Over ten years, OCI has been the third best performer of the remaining listed private equity funds (i.e. excluding Electra) on a NAV total return basis, according to data from Numis. Over this period, the company has delivered NAV total returns of 172% against Numis’ average for the LPE peer group of 102%, representing strong outperformance over the longer term. Returns of 46% over the past three years have also been good in absolute terms and relative to the FTSE All Share over the same period.
In 2016 the board introduced a dividend, paying 4.5p per year, equivalent to a yield on the current share price of 2.3%. In the last financial year (to 31st December 2018), the company received gross interest income of £6.8m, against which the dividend cost around £9.2m. As such, the dividend can be seen to be 74% covered by current income.
A material discount has not always been a feature of OCI. However, the discount widened to historically wide levels in 2016, resulting in the shares trading 40% below NAV. Recognising that the discount may be down to other factors, the board have focused on closing the discount and have undertaken a number of initiatives, including a commitment to never issues shares at a discount to NAV, greater disclosure of the economics of the company and the performance of the underlying portfolio companies, investor meetings and capital markets days, and retaining a share buy-back policy. We understand they are also reviewing the AIM listing. At the current time, the shares trade on 33% discount to the 281p NAV per share, which remains considerably wider than listed private equity peers.
OCI is a differentiated growth opportunity, although with a highly concentrated portfolio of private investments, it is not without risks. On the other hand, the team have demonstrated their approach delivers impressive NAV growth.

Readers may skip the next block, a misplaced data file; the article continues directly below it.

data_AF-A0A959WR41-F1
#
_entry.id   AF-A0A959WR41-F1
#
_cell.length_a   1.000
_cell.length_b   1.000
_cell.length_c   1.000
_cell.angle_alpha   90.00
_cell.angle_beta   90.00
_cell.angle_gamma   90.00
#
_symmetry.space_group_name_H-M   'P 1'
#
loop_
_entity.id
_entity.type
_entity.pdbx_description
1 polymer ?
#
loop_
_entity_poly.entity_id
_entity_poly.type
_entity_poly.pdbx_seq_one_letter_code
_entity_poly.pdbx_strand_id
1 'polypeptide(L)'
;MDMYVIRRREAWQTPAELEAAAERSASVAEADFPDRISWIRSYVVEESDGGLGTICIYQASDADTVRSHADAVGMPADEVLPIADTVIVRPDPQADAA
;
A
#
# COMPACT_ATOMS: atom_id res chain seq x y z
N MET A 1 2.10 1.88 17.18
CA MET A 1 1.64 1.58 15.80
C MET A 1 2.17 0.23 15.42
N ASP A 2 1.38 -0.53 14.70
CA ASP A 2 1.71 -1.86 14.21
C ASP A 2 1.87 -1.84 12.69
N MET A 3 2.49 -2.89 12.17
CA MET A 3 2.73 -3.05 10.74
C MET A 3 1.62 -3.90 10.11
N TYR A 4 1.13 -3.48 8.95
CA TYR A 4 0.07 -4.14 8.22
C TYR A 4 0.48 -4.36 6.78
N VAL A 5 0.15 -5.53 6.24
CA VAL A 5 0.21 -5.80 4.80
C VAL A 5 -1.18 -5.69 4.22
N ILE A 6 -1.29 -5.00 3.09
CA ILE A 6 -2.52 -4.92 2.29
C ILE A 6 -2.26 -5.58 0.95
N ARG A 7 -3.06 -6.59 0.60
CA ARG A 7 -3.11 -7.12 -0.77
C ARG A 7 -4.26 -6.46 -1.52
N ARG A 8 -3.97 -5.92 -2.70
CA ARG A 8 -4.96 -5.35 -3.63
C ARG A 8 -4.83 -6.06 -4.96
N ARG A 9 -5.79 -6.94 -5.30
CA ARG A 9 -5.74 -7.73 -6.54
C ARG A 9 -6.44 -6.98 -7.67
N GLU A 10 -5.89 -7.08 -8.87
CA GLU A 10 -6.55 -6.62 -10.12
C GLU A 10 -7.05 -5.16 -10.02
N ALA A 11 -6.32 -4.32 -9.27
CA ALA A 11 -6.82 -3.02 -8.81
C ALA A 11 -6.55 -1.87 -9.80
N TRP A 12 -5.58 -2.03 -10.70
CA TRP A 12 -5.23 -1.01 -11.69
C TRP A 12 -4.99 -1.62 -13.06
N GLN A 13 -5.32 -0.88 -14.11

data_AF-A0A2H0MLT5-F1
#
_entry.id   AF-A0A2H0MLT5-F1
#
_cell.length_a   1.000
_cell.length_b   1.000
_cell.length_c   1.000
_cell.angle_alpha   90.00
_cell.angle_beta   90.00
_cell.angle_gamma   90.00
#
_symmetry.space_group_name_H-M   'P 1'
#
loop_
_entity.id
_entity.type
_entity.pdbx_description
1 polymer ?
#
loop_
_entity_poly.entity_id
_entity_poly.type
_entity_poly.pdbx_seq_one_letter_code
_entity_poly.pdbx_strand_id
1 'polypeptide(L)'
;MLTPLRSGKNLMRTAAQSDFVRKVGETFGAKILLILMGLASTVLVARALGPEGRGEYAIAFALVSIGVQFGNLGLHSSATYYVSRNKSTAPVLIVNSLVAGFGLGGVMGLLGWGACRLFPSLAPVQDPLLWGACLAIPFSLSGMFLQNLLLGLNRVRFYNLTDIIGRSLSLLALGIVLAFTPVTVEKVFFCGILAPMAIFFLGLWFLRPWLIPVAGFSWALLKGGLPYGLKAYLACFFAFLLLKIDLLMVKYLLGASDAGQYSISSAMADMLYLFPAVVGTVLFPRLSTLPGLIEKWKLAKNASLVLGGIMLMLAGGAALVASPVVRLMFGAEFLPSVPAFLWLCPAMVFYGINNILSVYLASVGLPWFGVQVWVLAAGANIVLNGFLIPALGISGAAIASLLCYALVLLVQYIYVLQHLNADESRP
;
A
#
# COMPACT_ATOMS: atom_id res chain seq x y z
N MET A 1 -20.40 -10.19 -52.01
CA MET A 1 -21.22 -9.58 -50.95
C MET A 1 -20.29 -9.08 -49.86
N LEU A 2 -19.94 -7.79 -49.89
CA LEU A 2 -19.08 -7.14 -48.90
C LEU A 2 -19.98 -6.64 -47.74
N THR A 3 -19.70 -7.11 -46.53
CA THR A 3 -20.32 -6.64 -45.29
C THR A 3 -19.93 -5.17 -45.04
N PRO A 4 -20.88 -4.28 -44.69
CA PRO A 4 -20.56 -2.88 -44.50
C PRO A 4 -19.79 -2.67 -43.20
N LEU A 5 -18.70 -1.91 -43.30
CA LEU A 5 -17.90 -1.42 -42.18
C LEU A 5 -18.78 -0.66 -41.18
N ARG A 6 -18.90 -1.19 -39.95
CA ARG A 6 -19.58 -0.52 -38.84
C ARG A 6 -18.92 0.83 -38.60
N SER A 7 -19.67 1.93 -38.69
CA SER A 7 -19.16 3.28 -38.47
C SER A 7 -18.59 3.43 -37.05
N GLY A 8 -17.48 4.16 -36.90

Dilutive share issuance is not something that we like to see from boards, which may explain the very wide discount that was seen at the time. They have committed never to do it again, which means investors can focus on the fundamentals. As such, the strong NAV performance delivered over recent years has meant that OCI is increasingly difficult to ignore, and the impressive results in 2018, set against a declining equity market, can be seen as a result of both strong fundamental profit growth from the underlying businesses and the uplifts achieved from successful realisations.
The discount of 33% (to the 2018 year-end NAV) remains considerably wider than listed private equity peers. As we touch on in the performance section, the historic NAV progression has been amongst the strongest in the sector, and therefore on a performance basis, this seems unwarranted.
|Oakley Capital’s entrepreneurial network offers a differentiated opportunity set
||Concentrated portfolio returns can be materially impacted by an underperforming investment
|Focus on earlier stage businesses in three areas offers exciting growth. High performing portfolio companies/attractive returns
||Private companies offer limited liquidity, and returns can be lumpy
|Shares trading 33% below the 2018 year end NAV per share
||Private Equity funds charge relatively high fees